Public.Resource.Org challenges payment-required laws
March 21, 2012 | 1:20 am
Public.Resource.Org archivist Carl Malamud has a guest post on BoingBoing talking about a use case for e-books if ever there was one. However, for this project he is actually starting out with paper—thirty pounds of it.
Malamud writes about the peculiar phenomenon of secret, payment-required laws that are on the books all over the United States. The laws begin as privately-produced technical public safety standards. They are then incorporated into federal law because it’s more convenient to do so than to come up with something that comprehensive all over again.
However, the companies that produce the standards continue to charge exorbitant sums for copies of those laws, and threaten litigation if anyone dares to violate their copyrights—as Peter Veeck found when he posted the Building Code of Savoy, Texas on the web. However, a Court of Appeals decision found that the law in any form “is in the public domain and thus not amenable to copyright.”
Subsequently, Public.Resource.Org has decided to paint a target on itself by paying over $7,000 for 73 of those laws, and proceeding to violate their copyright openly and publicly. But the group is starting small, with a batch of thirty print editions of the law. Malamud explains:
It sent some of those copies to the standards bodies from which it purchased the documents, others to government offices, and is going to keep some in reserve for public exhibition and evidence in any court proceedings that come about as a result. The organization is soliciting public comment until May 1, at which point it plans to begin posting the documents to the web.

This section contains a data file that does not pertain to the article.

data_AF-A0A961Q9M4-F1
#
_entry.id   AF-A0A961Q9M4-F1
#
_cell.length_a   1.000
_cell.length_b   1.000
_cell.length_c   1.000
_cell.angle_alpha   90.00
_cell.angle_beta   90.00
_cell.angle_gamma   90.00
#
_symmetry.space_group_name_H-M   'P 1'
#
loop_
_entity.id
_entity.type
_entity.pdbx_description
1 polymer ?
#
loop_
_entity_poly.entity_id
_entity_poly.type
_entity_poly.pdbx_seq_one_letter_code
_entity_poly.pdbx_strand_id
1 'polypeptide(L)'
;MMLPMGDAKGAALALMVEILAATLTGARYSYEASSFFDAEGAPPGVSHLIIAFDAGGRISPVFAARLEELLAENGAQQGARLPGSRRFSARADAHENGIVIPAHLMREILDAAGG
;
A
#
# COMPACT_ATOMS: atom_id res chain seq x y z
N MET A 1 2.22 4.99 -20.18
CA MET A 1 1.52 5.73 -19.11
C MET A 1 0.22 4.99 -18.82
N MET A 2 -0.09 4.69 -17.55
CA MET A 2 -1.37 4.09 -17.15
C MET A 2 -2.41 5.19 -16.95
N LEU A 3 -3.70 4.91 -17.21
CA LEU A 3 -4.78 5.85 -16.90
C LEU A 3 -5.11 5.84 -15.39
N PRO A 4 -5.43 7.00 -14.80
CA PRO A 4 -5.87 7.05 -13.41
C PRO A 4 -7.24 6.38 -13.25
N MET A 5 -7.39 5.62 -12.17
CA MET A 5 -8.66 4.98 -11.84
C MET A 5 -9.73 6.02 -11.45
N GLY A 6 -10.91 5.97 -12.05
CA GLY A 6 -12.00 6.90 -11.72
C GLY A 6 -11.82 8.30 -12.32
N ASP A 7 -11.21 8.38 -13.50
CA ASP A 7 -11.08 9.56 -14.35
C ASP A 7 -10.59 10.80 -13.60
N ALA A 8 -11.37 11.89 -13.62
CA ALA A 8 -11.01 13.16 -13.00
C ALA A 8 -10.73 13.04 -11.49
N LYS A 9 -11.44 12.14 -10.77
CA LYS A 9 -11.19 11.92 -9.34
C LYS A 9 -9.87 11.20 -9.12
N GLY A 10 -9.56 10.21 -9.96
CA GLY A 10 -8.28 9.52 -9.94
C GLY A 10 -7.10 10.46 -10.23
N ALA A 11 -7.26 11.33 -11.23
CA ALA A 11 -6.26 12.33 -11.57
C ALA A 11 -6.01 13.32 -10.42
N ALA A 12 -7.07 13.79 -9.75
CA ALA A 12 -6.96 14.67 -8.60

We’ve certainly come a long way from the days of ancient Rome. You may have heard the expression, “ignorance of the law is no excuse.” Some say this idea actually dates back to the time when the Roman law code was simple enough that a poster containing it in its entirety could be posted in every marketplace or other public area, so every citizen would have ample opportunity to familiarize himself with it. Thus, citizens really had no excuse not to know what the law was.
Now we have companies that insist they have the right not to show you the law unless you fork over a pretty penny. What kind of sense does that make?
Kudos to Malamud and Public.Resource.Org for standing up for Americans’ right not to be ignorant of the laws that govern them.